More than 1300 participants in the Conference, open to all 159 IAEA Member States, analysed past and current efforts and considered how future challenges can best be met to ensure effective and sustainable nuclear security worldwide.
The Conference, which started in Vienna that ends today, included representatives from 123 countries and 21 governmental and non-governmental organizations.
The Ministerial Declaration, adopted at a plenary session attended by 34 government ministers and other Heads of Delegation including the Conference President, Hungarian Foreign Affairs Minister János Martonyi, says they “remain concerned about the threat of nuclear and radiological terrorism and of other malicious acts or sabotage related to facilities and activities involving nuclear and other radioactive material.”
The Declaration – the first of its kind for nuclear security – notes that all States are responsible for their own nuclear security, but that international cooperation is important in supporting States’ efforts to fulfil their responsibilities. It affirms the central role of the IAEA in strengthening nuclear security globally, and leading coordination of international activities in this field.
“We encourage all States to maintain highly effective nuclear security, including physical protection, for all nuclear and other radioactive material, their transport, use and storage and their associated facilities, as well as protecting sensitive information and maintaining the necessary nuclear security systems and measures to assess and manage their nuclear security effectively,” the Declaration says.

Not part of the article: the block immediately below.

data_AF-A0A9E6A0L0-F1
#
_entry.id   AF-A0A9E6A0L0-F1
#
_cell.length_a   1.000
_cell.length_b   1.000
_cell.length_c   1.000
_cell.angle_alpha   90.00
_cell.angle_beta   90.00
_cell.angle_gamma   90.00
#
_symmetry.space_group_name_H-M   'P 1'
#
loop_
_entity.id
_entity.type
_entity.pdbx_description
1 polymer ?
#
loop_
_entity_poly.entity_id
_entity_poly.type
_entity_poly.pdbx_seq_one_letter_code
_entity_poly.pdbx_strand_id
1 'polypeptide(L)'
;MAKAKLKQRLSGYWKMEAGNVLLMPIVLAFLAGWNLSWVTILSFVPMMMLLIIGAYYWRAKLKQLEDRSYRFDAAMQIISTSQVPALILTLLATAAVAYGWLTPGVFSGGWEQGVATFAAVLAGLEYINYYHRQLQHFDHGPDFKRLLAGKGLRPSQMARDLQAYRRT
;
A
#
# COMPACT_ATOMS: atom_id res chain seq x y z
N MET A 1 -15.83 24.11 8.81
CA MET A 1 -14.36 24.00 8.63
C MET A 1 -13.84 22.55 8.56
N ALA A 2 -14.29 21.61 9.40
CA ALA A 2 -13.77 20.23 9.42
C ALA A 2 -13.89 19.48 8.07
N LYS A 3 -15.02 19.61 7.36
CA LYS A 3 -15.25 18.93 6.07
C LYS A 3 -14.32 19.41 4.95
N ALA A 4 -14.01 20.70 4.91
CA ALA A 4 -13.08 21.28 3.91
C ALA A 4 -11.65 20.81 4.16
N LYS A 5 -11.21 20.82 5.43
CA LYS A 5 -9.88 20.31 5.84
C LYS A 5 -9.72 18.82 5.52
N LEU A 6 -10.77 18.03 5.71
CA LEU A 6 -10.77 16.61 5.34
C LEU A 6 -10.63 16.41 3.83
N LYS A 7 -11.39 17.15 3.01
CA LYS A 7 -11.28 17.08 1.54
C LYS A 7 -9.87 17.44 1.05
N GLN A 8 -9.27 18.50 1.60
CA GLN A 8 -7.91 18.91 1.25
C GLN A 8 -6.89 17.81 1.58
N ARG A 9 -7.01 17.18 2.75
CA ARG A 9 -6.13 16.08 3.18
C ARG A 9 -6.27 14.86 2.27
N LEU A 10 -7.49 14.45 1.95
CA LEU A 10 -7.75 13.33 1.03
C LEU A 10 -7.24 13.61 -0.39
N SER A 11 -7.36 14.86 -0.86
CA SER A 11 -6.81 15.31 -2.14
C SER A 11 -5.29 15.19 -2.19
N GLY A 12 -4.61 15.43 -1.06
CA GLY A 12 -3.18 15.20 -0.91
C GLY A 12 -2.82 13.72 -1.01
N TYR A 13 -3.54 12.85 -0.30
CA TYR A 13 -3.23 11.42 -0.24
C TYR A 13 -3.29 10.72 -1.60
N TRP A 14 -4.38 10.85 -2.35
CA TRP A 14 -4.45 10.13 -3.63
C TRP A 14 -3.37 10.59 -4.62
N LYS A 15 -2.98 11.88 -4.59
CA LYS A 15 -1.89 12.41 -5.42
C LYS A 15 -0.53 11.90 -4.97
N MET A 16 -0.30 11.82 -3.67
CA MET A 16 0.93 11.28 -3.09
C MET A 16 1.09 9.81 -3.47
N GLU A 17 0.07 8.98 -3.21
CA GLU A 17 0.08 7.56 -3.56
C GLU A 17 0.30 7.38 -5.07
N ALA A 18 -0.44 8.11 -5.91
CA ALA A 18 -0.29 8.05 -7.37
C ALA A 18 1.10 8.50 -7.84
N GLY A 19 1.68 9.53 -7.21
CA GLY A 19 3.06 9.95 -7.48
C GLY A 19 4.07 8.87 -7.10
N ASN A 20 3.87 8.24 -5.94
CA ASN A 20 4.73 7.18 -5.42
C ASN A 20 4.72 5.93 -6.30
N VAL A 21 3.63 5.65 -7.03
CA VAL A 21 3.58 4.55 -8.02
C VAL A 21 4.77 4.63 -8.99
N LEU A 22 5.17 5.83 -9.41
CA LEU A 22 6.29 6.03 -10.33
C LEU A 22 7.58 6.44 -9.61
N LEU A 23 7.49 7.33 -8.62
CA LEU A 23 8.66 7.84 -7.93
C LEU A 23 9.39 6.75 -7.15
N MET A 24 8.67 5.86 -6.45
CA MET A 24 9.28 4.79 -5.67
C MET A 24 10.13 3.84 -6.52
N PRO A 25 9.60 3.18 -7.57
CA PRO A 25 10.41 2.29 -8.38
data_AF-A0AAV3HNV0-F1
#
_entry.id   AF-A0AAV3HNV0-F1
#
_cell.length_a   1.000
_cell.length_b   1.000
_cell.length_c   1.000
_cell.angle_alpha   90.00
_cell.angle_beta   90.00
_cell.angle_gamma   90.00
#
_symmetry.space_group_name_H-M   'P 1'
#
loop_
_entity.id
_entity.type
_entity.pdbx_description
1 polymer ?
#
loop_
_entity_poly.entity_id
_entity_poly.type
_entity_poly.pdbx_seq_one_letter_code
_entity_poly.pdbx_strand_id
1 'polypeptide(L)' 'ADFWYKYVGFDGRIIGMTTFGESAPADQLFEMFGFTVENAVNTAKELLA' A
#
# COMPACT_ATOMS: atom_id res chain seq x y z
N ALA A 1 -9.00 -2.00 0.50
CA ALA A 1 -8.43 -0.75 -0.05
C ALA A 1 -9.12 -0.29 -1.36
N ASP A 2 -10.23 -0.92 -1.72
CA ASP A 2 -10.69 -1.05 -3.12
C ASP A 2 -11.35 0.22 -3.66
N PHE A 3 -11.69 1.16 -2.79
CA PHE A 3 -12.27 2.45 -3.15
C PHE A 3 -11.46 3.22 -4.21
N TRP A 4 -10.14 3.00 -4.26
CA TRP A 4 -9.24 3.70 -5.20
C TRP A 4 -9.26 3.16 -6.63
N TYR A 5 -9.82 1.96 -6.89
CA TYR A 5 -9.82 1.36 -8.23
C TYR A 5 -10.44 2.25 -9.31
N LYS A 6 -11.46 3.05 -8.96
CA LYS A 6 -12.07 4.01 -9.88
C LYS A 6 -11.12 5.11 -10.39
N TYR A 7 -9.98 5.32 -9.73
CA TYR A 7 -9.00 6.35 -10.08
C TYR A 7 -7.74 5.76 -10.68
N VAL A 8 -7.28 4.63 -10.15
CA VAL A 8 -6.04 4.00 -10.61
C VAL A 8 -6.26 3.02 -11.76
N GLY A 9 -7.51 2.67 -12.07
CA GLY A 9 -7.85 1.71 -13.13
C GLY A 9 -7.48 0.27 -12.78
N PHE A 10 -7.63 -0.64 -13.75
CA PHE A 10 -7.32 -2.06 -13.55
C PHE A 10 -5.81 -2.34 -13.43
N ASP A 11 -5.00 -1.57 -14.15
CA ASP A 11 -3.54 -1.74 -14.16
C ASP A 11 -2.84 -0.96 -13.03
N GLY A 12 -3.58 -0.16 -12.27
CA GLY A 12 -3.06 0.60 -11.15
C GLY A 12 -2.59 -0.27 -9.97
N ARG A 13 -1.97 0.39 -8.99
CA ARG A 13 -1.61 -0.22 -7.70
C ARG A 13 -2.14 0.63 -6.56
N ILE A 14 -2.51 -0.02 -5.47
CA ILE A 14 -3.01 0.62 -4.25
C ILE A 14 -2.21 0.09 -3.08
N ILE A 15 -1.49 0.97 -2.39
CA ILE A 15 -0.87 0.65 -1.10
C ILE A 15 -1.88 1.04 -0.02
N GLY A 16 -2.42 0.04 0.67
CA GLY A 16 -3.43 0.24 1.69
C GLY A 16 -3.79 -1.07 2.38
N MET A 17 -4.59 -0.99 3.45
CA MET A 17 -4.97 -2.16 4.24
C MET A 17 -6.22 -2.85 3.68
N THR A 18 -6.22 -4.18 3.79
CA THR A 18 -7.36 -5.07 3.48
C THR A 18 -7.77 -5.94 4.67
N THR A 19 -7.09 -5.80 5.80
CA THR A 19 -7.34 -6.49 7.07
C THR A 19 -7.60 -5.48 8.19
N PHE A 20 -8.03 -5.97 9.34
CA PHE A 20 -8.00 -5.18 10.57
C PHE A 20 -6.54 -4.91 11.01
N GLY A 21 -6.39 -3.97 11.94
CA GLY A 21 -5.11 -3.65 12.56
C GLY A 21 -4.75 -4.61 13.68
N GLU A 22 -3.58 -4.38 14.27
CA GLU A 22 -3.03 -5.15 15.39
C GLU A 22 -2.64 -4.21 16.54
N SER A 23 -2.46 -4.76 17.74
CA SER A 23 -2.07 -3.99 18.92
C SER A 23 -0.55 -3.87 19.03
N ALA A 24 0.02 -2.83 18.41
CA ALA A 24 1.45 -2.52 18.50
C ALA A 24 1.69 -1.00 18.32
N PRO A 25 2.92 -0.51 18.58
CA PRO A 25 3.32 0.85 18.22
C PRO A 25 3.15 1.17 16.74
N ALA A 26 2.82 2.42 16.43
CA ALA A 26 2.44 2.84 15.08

The Declaration recognizes the threat to international security posed by theft and smuggling of nuclear material and affirms the responsibility of States to keep all nuclear material secure. It also encourages all States to join and participate in the IAEA Incident and Trafficking Database, the international repository of information about nuclear and other radioactive material that has fallen out of regulatory control.
It invites States that have not yet done so to become party to, and fully implement, the Convention on the Physical Protection of Nuclear Material (CPPNM) and its 2005 Amendment, which broadens the scope of that Convention. Many ministers at the conference stated that entry into force of the Amendment would make a big difference.
Among a number of other issues that are addressed, the Declaration also encourages States to use, on a voluntary basis, the IAEA’s nuclear security advisory services and peer reviews such as International Physical Protection Advisory Service (IPPAS) missions, which are based on internationally accepted guidance and tailored to national needs.
The Ministers welcomed the IAEA’s work in nuclear forensics, and recognized its efforts to raise awareness of the growing threat of cyber-attacks and their potential impact on nuclear security.
The work of the conference will contribute to the IAEA’s Nuclear Security Plan for 2014 to 2017.
Consultations on the Declaration among IAEA Member States were coordinated by Ambassador Balazs Csuday, Resident Representative of Hungary, and Ambassador Laercio Antonio Vinhas, Resident Representative of Brazil.